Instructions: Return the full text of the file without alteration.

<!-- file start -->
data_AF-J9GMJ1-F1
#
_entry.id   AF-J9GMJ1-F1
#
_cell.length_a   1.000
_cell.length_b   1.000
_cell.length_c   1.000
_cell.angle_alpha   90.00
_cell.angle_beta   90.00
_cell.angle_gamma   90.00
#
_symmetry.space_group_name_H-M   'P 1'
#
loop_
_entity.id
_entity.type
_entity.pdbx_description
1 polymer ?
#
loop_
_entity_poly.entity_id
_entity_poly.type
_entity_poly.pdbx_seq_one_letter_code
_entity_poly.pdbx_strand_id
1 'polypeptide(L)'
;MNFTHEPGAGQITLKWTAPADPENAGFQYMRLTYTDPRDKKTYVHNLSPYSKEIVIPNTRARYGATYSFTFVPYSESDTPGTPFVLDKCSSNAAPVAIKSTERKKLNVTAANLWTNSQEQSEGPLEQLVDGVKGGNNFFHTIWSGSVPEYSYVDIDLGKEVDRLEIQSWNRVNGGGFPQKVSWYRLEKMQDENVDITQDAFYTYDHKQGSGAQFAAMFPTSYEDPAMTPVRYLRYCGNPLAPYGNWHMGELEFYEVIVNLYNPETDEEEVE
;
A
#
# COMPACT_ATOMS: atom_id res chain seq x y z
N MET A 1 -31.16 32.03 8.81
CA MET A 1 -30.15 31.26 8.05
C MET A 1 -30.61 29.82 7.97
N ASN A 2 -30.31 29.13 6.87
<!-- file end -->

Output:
data_AF-J9GMJ1-F1
#
_entry.id   AF-J9GMJ1-F1
#
_cell.length_a   1.000
_cell.length_b   1.000
_cell.length_c   1.000
_cell.angle_alpha   90.00
_cell.angle_beta   90.00
_cell.angle_gamma   90.00
#
_symmetry.space_group_name_H-M   'P 1'
#
loop_
_entity.id
_entity.type
_entity.pdbx_description
1 polymer ?
#
loop_
_entity_poly.entity_id
_entity_poly.type
_entity_poly.pdbx_seq_one_letter_code
_entity_poly.pdbx_strand_id
1 'polypeptide(L)'
;MNFTHEPGAGQITLKWTAPADPENAGFQYMRLTYTDPRDKKTYVHNLSPYSKEIVIPNTRARYGATYSFTFVPYSESDTPGTPFVLDKCSSNAAPVAIKSTERKKLNVTAANLWTNSQEQSEGPLEQLVDGVKGGNNFFHTIWSGSVPEYSYVDIDLGKEVDRLEIQSWNRVNGGGFPQKVSWYRLEKMQDENVDITQDAFYTYDHKQGSGAQFAAMFPTSYEDPAMTPVRYLRYCGNPLAPYGNWHMGELEFYEVIVNLYNPETDEEEVE
;
A
#
# COMPACT_ATOMS: atom_id res chain seq x y z
N MET A 1 -31.16 32.03 8.81
CA MET A 1 -30.15 31.26 8.05
C MET A 1 -30.61 29.82 7.97
N ASN A 2 -30.31 29.13 6.87